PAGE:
The well-publicized risks of Zika infection in pregnancy have been scary. Even scarier is the speed at which the infection has spread across geographic borders, and the fact that the mosquitoes doing the spreading — Aedes aegypti and Aedes albopictus — are found in in South Texas.
For pregnant women worried about which insect repellent will protect them safely, Dr. Patrick Ramsey, a maternal-fetal medicine specialist at UT Medicine San Antonio who practices at University Health System, offers some advice: Stay indoors, get rid of standing water on your property and cover up by wearing light-colored, long-sleeve shirts and long pants when venturing outside. And use a mosquito repellent that contains DEET, Dr. Ramsey says.
“DEET is the gold-standard ingredient in insect repellents,” Dr. Ramsey said. “We know from several large studies that about one-third of the U.S. population, including pregnant women, have used or are currently using mosquito repellents containing DEET. DEET doesn’t kill mosquitos. It impairs the mosquitos’ ability to locate and bite a victim.”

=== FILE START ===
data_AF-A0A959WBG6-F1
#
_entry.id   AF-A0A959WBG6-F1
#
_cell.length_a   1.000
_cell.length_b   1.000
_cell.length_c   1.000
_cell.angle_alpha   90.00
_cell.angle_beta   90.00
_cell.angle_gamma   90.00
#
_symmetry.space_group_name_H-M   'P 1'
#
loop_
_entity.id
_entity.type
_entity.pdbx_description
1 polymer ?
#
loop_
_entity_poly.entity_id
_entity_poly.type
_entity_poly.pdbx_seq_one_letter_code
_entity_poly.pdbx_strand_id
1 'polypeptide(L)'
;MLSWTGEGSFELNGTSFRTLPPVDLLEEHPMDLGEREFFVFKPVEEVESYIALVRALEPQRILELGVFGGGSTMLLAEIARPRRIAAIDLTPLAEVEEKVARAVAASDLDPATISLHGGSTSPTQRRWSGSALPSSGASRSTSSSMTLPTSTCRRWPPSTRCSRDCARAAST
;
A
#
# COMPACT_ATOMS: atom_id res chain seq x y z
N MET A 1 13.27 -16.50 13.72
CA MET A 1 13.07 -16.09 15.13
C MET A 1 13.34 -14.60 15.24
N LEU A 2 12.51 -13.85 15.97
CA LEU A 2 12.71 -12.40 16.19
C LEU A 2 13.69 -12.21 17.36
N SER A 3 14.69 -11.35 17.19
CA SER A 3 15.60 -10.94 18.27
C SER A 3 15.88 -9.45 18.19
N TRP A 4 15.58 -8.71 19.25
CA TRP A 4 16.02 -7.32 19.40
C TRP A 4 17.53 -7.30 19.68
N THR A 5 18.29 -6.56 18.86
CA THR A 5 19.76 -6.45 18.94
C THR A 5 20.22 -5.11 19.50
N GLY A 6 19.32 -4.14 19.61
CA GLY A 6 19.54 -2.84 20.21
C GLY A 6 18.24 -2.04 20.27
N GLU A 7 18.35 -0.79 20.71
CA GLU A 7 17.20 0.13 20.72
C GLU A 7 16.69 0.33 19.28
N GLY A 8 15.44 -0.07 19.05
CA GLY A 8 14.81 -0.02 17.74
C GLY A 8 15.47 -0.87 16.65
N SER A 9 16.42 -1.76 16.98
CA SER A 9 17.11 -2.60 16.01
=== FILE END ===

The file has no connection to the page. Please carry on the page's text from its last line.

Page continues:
DEET was developed to protect U.S. troops during World War II and became available to the general public in the 1950s. Since then, studies have shown that it is the most effective ingredient in mosquito repellents.
“These repellents are safe for large-scale uses, such as city spraying initiatives, and for personal use,” he said. “The skin is a good barrier for preventing chemicals from getting absorbed into the body. A small amount of DEET does get absorbed, but it is excreted in the urine. DEET has shown no significant adverse outcomes for pregnant and non-pregnant patients.”
The Centers for Disease Control and Prevention puts DEET-containing repellents at the top of its recommended list of repellants. “When used as directed, EPA-registered insect repellents are proven safe and effective, even for pregnant and breast-feeding women,” the CDC says.